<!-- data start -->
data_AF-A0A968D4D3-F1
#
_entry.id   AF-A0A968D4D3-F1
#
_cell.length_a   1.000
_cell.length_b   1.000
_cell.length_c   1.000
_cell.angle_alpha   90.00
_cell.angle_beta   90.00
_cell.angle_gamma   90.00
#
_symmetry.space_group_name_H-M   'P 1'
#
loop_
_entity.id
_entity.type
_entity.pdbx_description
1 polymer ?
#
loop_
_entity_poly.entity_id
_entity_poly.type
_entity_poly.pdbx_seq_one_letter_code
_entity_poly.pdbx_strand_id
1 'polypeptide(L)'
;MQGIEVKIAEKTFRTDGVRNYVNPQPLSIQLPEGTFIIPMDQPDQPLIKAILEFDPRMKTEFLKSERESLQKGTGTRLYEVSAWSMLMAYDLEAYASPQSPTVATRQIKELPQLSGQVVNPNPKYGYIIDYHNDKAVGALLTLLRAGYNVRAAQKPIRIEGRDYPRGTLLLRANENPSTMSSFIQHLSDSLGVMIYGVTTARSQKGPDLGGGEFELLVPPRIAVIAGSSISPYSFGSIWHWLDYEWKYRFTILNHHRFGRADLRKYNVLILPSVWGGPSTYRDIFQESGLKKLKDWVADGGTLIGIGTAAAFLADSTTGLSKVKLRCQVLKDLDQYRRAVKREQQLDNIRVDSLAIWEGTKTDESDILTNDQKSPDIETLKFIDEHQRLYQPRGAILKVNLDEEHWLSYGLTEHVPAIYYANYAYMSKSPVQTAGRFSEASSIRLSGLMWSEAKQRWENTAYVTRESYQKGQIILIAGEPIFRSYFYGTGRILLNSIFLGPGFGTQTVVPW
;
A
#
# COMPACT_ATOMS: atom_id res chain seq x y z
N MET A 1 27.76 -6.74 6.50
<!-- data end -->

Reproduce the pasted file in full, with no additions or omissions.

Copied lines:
data_AF-A0A968D4D3-F1
#
_entry.id   AF-A0A968D4D3-F1
#
_cell.length_a   1.000
_cell.length_b   1.000
_cell.length_c   1.000
_cell.angle_alpha   90.00
_cell.angle_beta   90.00
_cell.angle_gamma   90.00
#
_symmetry.space_group_name_H-M   'P 1'
#
loop_
_entity.id
_entity.type
_entity.pdbx_description
1 polymer ?
#
loop_
_entity_poly.entity_id
_entity_poly.type
_entity_poly.pdbx_seq_one_letter_code
_entity_poly.pdbx_strand_id
1 'polypeptide(L)'
;MQGIEVKIAEKTFRTDGVRNYVNPQPLSIQLPEGTFIIPMDQPDQPLIKAILEFDPRMKTEFLKSERESLQKGTGTRLYEVSAWSMLMAYDLEAYASPQSPTVATRQIKELPQLSGQVVNPNPKYGYIIDYHNDKAVGALLTLLRAGYNVRAAQKPIRIEGRDYPRGTLLLRANENPSTMSSFIQHLSDSLGVMIYGVTTARSQKGPDLGGGEFELLVPPRIAVIAGSSISPYSFGSIWHWLDYEWKYRFTILNHHRFGRADLRKYNVLILPSVWGGPSTYRDIFQESGLKKLKDWVADGGTLIGIGTAAAFLADSTTGLSKVKLRCQVLKDLDQYRRAVKREQQLDNIRVDSLAIWEGTKTDESDILTNDQKSPDIETLKFIDEHQRLYQPRGAILKVNLDEEHWLSYGLTEHVPAIYYANYAYMSKSPVQTAGRFSEASSIRLSGLMWSEAKQRWENTAYVTRESYQKGQIILIAGEPIFRSYFYGTGRILLNSIFLGPGFGTQTVVPW
;
A
#
# COMPACT_ATOMS: atom_id res chain seq x y z
N MET A 1 27.76 -6.74 6.50